The Cheapest Kids Programs You've Never Heard Of (page 2)

The Cheapest Kids Programs You

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Updated on Feb 24, 2011

Bob Sams, Director of Communication Services and Information Technology for Agriculture and Natural Resources at the University of California Cooperative Extension (UCCE), agrees that these program areas have some of the farthest-reaching effects. For example, UCCE’s award-winning EatFit program has reached hundreds of thousands of young children across the state of California and the U.S. The program includes a curriculum for educators as well as online resources for teens and children. “It’s a very entertaining and well-designed curriculum for high school students… used as part of the food stamp nutrition education program,” he says.

Youth programming has historically been an important part of Cooperative Extension, and involvement in 4-H and other Extension youth programs continues to increase. Sams says afterschool programming in California is one of their fastest-growing segments of 4-H. UCCE’s school garden project, which is affiliated with the Center for Weight and Health at the University of California, Berkley, is another example of a highly visible and successful nutrition education program. UCCE collaborates with the Center for Weight and Health on a range of ongoing research projects, such as evaluating the Fresh Fruit and Vegetable Program that operates in low-income schools across the country.

Jill Martz, Director of the 4-H Center for Youth Development at Montana State University Extension, explains that 4-H programming through afterschool, in-school, community, and military clubs, is well received by parents because of the research-based nature of the curriculum.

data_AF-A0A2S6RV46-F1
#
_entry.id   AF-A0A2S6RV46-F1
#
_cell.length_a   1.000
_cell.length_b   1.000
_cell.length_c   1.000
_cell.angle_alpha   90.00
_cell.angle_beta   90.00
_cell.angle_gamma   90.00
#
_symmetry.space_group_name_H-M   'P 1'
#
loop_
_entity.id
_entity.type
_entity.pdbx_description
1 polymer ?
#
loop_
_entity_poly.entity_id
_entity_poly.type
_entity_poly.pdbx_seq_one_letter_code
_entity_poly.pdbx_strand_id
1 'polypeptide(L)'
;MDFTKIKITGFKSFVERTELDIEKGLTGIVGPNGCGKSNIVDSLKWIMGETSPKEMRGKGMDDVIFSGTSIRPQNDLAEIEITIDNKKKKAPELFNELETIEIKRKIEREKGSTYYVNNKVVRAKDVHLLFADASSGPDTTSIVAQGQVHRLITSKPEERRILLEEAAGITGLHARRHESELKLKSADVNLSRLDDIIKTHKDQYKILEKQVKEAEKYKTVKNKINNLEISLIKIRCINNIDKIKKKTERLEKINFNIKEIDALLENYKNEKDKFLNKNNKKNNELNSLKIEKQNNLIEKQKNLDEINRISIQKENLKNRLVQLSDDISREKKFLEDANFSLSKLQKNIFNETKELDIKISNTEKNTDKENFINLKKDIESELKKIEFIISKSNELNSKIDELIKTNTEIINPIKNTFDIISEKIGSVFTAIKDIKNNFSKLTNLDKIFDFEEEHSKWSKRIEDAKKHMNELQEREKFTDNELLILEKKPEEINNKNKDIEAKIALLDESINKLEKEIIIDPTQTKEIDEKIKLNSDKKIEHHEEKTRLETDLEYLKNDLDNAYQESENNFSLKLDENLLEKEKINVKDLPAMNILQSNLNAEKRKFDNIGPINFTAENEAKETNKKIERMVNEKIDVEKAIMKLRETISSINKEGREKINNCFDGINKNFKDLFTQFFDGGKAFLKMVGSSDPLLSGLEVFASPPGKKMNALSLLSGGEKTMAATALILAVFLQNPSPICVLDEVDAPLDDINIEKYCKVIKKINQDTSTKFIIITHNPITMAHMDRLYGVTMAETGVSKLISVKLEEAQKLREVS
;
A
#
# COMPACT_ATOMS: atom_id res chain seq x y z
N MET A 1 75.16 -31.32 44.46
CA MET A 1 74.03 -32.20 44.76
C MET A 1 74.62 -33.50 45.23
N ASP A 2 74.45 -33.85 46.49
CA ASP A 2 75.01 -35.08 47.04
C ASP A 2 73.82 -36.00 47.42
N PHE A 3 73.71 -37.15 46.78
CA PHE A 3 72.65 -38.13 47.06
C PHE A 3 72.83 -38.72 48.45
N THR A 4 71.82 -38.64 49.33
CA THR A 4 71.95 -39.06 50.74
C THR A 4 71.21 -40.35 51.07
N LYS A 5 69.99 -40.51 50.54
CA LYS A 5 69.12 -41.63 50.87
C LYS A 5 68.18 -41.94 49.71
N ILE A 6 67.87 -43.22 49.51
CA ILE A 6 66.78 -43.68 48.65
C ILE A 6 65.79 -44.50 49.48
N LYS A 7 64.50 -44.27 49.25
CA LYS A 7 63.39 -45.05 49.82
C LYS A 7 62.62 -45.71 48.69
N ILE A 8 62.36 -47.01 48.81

4-H has the privilege and responsibility of bringing the latest research in youth programming and development to the programs they offer,” Martz says. “With that land-grant university connection, you have access to some great research and resources.”

Through Montana State 4-H, for example, children can get involved in horse-related programming—learning about proper handling and riding techniques—and other outdoor activities such as hiking, camping, and backpacking. 4-H programs around the country range from science-based youth projects, including projects involving water, energy, and wildlife, to social studies projects, including projects involving learning about various cultures and practices around the globe.

“Costs vary from one state to another,” Martz says. “At the state level we do not charge a fee for 4-H members, but at the county level they charge minimal fees to pay for the literature.” Martz says they have been fortunate that recent budget cuts have not dramatically affected county programming. “We’ve been really lucky, but then…we weren’t overstaffed to begin with and our state happened to be in a better financial situation than other states.”

Budget Cuts and Evolution to High-Tech Education

California is one such state that has been affected by the cuts. Sams explains that while much of their programming remains hands-on—with Extension agents and specialists working directly with California residents—he and his colleagues are adapting to what amounts to a 20 percent reduction in permanent state funding, and they are involved in a major reorganization of their program delivery. “Our approach is that we can longer afford to do business in the way that we’ve done in the past,” he says, “and we have an obligation to change our business processes. “

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